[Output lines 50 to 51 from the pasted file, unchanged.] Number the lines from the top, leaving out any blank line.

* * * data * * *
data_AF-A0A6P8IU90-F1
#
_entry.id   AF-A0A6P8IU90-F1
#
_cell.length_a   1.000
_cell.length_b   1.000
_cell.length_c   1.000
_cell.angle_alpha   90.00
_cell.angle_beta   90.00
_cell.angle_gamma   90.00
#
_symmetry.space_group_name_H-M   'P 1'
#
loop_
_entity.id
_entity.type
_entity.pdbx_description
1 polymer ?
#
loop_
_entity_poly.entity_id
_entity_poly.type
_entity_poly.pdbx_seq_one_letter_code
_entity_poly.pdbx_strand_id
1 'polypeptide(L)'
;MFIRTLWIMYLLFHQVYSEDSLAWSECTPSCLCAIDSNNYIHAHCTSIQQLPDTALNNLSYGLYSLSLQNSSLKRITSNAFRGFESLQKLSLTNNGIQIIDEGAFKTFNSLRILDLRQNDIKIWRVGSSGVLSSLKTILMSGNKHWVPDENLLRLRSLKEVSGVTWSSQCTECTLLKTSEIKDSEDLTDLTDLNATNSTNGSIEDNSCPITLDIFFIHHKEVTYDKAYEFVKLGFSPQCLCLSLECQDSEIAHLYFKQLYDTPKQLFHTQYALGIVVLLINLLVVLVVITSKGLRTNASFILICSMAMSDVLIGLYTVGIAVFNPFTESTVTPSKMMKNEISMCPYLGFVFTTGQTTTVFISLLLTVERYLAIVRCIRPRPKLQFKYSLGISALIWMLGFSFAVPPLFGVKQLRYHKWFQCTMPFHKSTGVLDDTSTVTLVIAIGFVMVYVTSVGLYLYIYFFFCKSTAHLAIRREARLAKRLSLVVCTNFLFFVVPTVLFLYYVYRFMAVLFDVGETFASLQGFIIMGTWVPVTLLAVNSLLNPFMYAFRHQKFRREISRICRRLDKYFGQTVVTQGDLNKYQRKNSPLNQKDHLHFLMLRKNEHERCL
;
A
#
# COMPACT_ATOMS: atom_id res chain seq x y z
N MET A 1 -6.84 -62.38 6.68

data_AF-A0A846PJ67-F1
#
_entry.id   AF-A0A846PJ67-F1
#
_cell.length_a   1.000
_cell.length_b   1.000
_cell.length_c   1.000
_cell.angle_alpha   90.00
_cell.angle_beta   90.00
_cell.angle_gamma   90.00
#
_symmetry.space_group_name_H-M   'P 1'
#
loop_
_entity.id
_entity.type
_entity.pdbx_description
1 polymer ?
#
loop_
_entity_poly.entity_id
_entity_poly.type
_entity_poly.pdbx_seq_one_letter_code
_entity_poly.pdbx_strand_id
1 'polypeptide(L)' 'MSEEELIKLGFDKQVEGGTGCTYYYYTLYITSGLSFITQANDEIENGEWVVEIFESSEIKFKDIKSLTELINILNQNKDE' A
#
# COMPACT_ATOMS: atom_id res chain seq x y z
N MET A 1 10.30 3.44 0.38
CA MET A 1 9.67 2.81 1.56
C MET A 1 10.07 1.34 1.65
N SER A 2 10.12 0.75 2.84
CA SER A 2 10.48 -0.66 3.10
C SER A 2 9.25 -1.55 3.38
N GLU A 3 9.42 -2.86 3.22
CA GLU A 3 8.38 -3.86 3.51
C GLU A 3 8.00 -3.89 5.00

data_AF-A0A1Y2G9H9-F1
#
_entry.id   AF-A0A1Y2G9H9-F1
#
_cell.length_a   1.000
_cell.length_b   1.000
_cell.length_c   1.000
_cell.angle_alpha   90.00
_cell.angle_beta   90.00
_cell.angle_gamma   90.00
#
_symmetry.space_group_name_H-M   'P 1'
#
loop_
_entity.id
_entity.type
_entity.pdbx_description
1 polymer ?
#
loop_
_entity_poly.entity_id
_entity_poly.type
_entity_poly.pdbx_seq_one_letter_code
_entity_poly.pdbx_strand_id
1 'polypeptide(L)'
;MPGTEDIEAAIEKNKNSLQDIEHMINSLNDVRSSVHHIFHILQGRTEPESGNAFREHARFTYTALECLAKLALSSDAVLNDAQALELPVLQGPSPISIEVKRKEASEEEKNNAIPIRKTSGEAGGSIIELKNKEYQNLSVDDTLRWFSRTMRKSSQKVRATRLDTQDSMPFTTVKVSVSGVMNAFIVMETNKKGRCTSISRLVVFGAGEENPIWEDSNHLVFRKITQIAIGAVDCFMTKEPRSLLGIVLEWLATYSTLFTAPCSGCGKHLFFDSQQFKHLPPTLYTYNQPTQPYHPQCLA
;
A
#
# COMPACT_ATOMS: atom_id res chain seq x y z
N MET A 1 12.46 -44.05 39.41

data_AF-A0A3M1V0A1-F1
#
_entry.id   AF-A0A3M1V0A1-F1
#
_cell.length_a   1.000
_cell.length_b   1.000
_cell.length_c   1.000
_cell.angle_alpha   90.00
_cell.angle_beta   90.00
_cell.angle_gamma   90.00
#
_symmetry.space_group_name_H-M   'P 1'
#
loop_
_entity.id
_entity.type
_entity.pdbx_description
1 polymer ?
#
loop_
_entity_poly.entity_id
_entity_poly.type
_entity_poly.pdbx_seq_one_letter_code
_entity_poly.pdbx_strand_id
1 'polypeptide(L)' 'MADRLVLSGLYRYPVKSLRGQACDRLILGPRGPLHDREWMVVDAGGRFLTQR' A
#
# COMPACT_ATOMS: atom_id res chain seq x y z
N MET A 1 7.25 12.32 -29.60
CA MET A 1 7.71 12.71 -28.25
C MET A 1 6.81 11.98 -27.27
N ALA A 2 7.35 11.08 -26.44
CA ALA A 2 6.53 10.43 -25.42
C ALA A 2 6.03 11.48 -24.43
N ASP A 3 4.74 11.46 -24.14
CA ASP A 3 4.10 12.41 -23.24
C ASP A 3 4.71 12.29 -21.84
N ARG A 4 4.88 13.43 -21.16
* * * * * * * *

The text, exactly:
#
loop_